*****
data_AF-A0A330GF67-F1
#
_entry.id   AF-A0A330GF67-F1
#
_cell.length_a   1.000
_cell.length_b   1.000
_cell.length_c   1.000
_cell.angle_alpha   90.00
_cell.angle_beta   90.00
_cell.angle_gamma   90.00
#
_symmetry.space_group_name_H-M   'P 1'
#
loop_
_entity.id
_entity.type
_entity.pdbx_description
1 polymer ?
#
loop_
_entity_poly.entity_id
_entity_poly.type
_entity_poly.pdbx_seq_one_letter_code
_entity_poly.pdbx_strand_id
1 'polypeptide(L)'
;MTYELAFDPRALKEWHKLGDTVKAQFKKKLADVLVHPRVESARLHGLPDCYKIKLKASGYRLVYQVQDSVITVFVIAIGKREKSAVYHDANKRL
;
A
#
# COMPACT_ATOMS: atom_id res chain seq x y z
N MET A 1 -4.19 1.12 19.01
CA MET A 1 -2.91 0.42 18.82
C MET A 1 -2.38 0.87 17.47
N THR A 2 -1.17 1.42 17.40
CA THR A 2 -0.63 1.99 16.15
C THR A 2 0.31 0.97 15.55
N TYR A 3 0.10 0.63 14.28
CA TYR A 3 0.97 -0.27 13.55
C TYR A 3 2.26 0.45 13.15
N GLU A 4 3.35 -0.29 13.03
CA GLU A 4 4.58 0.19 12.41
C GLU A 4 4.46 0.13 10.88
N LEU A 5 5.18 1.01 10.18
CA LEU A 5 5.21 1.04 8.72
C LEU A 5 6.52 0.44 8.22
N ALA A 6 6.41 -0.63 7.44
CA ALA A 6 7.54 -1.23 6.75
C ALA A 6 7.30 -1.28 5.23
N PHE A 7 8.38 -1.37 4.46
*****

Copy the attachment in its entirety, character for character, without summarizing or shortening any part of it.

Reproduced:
data_AF-A0A330GF67-F1
#
_entry.id   AF-A0A330GF67-F1
#
_cell.length_a   1.000
_cell.length_b   1.000
_cell.length_c   1.000
_cell.angle_alpha   90.00
_cell.angle_beta   90.00
_cell.angle_gamma   90.00
#
_symmetry.space_group_name_H-M   'P 1'
#
loop_
_entity.id
_entity.type
_entity.pdbx_description
1 polymer ?
#
loop_
_entity_poly.entity_id
_entity_poly.type
_entity_poly.pdbx_seq_one_letter_code
_entity_poly.pdbx_strand_id
1 'polypeptide(L)'
;MTYELAFDPRALKEWHKLGDTVKAQFKKKLADVLVHPRVESARLHGLPDCYKIKLKASGYRLVYQVQDSVITVFVIAIGKREKSAVYHDANKRL
;
A
#
# COMPACT_ATOMS: atom_id res chain seq x y z
N MET A 1 -4.19 1.12 19.01
CA MET A 1 -2.91 0.42 18.82
C MET A 1 -2.38 0.87 17.47
N THR A 2 -1.17 1.42 17.40
CA THR A 2 -0.63 1.99 16.15
C THR A 2 0.31 0.97 15.55
N TYR A 3 0.10 0.63 14.28
CA TYR A 3 0.97 -0.27 13.55
C TYR A 3 2.26 0.45 13.15
N GLU A 4 3.35 -0.29 13.03
CA GLU A 4 4.58 0.19 12.41
C GLU A 4 4.46 0.13 10.88
N LEU A 5 5.18 1.01 10.18
CA LEU A 5 5.21 1.04 8.72
C LEU A 5 6.52 0.44 8.22
N ALA A 6 6.41 -0.63 7.44
CA ALA A 6 7.54 -1.23 6.75
C ALA A 6 7.30 -1.28 5.23
N PHE A 7 8.38 -1.37 4.46